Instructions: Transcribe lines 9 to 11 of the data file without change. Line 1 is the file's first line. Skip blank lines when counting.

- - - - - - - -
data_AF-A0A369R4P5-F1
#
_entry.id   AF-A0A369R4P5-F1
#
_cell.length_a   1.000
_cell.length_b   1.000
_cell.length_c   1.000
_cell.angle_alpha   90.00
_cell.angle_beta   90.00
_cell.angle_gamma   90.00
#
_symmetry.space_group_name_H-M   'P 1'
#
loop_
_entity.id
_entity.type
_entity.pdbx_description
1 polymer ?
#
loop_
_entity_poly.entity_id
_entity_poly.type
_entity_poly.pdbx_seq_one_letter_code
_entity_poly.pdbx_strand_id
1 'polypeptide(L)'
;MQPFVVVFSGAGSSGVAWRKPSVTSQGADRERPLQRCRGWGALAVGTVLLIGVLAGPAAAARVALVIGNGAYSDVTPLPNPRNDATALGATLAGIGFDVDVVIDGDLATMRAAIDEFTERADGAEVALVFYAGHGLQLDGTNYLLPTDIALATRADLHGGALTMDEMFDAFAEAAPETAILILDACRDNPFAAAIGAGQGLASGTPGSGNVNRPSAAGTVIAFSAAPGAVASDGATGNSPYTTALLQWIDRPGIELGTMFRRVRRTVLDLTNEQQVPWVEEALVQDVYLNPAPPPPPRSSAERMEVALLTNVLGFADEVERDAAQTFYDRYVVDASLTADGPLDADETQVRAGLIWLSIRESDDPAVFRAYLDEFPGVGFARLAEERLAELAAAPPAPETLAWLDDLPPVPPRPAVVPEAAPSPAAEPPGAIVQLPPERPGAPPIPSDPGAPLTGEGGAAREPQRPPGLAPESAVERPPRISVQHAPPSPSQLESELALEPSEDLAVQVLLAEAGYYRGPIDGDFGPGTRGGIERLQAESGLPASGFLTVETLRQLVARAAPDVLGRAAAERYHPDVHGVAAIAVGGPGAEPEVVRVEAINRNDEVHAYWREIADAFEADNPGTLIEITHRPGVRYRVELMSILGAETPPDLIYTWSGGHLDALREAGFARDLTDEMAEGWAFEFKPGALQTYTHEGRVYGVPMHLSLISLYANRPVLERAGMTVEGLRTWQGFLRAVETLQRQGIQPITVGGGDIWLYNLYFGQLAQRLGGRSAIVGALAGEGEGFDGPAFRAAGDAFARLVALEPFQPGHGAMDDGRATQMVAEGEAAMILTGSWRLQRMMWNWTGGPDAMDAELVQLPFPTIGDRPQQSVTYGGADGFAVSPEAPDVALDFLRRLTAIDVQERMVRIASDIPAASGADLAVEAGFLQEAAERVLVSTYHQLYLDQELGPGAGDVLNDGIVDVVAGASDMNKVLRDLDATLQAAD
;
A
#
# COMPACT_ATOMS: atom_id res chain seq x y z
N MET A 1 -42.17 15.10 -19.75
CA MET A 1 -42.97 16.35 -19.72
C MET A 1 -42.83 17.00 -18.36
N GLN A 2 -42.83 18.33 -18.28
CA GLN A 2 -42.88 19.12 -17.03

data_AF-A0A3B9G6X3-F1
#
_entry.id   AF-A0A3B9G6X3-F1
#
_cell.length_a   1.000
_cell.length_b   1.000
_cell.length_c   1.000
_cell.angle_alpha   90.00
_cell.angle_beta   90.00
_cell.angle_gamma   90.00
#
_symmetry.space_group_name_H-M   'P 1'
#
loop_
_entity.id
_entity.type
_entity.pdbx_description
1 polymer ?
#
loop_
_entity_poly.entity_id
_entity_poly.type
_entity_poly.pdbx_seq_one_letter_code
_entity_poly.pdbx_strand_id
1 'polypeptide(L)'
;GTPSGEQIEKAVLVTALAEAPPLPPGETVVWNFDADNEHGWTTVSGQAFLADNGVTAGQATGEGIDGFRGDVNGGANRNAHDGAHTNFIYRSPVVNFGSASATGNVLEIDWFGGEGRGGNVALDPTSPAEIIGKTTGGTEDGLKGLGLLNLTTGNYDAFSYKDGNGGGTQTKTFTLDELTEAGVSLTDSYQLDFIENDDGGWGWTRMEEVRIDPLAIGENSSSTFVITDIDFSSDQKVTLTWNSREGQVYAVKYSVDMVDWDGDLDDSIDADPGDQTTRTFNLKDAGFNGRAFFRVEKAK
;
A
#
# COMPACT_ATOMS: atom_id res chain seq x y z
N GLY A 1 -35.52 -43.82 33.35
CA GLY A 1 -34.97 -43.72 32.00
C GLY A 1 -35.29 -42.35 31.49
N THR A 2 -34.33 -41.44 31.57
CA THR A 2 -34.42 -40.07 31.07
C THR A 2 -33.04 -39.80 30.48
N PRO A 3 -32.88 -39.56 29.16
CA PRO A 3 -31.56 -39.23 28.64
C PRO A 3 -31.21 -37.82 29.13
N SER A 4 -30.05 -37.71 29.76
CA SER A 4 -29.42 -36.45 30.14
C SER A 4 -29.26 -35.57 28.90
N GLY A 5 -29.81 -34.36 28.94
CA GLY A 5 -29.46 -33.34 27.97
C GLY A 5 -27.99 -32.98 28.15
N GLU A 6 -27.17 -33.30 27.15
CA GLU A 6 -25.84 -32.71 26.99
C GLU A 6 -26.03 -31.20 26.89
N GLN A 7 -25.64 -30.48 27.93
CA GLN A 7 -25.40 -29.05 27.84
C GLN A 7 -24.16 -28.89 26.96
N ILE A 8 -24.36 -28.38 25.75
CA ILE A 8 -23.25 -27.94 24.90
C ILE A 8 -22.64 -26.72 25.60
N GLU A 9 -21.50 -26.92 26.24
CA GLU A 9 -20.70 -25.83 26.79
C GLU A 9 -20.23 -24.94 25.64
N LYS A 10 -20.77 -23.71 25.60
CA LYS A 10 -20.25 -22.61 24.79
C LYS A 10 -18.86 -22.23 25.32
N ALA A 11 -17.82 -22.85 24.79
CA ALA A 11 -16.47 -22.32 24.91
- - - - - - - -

_cell.angle_beta   90.00
_cell.angle_gamma   90.00
#